The magnitude-7.8 quake that rattled New Zealand, killing at least two people and stranding thousands of people, completely transformed the underlying faults in the region.
Six major faults ruptured as a result of the New Zealand quake, a new map reveals.
The Kaikoura earthquake struck the South Island of New Zealand early in the morning on Nov. 14 local time, triggering landslides, tsunamis and hundreds of aftershocks. And thousands of people were stranded when earthquake detritus dammed a river. During the quake, bystanders captured images of mysterious earthquake lights painting the sky in eerie blue and green.
To see how the massive temblor reshaped the landscape, Nicola Litchfield, a geologist with the geoscience consultancy group GNS Science in New Zealand, and colleagues flew over the South Island in a helicopter to take video footage of the region. [The 10 Biggest Earthquakes in History]
The team compared before-and-after images of the faults in the area.
It turned out the temblor had dramatically changed the earth beneath.
Four faults along the coastline ruptured and extended out into the sea, while another two faults ruptured inland, closer to the epicenter of the quake, Litchfield said. Ground-based GPS stations also reveal major motion at these faults, she added.
"The whole coast appears to have been uplifted from Cape Campbell all the way south to Kaikoura," Litchfield told Live Science. "The ones right on the coast appear to have very large movements, almost 1 meter [3.3 feet] up and almost 3 m [10 feet] — by the looks of things — sideways as well."
Now geologists are scrambling to figure out what this means for earthquake risk in the region.
"It's a really complicated area and there are a lot of faults here, so the earthquake will have relieved the stress in some places, but unfortunately will have increased the stress in others. That's what we are desperately trying to figure out now — what might have been loaded up."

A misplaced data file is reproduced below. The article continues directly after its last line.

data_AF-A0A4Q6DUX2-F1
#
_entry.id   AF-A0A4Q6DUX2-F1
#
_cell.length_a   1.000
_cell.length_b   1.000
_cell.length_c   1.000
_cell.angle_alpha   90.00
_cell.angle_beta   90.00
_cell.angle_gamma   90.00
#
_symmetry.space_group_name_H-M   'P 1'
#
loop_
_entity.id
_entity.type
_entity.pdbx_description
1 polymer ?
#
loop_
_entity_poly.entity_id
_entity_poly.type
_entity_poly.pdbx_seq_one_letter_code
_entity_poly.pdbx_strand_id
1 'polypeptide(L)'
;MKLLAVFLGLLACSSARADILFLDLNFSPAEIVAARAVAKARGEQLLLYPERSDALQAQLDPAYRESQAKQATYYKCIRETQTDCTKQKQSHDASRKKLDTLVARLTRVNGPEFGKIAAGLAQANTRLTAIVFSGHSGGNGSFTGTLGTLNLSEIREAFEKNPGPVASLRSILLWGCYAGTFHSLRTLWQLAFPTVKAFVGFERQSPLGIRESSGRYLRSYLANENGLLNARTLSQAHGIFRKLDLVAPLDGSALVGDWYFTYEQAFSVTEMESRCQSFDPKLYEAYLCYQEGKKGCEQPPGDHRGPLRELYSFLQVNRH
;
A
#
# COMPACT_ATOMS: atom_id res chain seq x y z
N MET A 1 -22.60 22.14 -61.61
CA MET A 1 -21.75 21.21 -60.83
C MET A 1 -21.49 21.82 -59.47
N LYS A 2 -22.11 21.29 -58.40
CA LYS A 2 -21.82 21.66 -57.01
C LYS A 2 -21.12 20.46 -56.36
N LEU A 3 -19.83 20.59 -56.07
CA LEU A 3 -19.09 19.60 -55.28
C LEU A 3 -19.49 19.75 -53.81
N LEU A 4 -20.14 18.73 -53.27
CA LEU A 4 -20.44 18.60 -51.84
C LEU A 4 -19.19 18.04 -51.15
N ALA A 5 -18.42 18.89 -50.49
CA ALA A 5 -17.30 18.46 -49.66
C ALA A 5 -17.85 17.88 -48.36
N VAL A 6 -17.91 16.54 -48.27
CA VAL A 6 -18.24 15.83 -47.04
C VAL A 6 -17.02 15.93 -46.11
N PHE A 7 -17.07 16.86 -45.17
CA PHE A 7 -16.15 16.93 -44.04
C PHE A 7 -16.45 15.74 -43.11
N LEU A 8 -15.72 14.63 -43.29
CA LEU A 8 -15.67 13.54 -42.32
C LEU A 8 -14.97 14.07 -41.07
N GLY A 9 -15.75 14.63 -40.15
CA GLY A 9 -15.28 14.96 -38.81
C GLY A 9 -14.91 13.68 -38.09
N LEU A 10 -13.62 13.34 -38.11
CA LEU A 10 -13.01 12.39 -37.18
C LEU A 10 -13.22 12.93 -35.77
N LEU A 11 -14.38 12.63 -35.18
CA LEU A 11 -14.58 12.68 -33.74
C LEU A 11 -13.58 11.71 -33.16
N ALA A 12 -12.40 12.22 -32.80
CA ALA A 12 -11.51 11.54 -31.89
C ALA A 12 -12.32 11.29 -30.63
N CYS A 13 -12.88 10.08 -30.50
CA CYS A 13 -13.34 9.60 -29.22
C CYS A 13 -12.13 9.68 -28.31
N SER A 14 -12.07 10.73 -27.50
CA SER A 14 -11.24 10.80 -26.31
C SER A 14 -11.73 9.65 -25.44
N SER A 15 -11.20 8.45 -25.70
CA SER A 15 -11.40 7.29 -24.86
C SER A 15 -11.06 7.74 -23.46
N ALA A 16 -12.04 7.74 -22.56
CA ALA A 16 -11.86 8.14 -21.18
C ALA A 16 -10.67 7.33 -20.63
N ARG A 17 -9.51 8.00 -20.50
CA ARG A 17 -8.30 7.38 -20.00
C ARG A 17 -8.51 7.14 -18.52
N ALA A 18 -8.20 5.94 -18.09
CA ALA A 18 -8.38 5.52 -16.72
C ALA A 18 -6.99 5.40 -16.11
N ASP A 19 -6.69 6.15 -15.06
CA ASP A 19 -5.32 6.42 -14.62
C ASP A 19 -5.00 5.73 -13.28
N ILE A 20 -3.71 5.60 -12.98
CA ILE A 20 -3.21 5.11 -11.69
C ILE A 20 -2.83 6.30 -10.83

New Zealand sits atop the incredibly complicated Marlborough Fault System, a set of four strike-slip faults (where two plates slide past each other rather than crashing into one another) that lie at the boundary of the Australian and Pacific plates. Farther East in the subduction zone, the Pacific plate is diving beneath the Australian plate, but almost all the locked stress there gets translated into motion along the Marlborough Fault System, Litchfield said.
The next step is to take ships out to send sound waves beneath the water to map the seafloor. By comparing before-and-after seafloor maps, geologists can determine how far offshore the ruptures extend, Litchfield said. That, in turn, will help reveal where faults are newly locked and loaded.
Because the quake is so new, the findings have not yet been published or submitted to a peer-reviewed journal, Litchfield said.
Original article on Live Science.
Live Science newsletter
Stay up to date on the latest science news by signing up for our Essentials newsletter.
Tia is the managing editor and was previously a senior writer for Live Science. Her work has appeared in Scientific American, Wired.com and other outlets. She holds a master's degree in bioengineering from the University of Washington, a graduate certificate in science writing from UC Santa Cruz and a bachelor's degree in mechanical engineering from the University of Texas at Austin. Tia was part of a team at the Milwaukee Journal Sentinel that published the Empty Cradles series on preterm births, which won multiple awards, including the 2012 Casey Medal for Meritorious Journalism.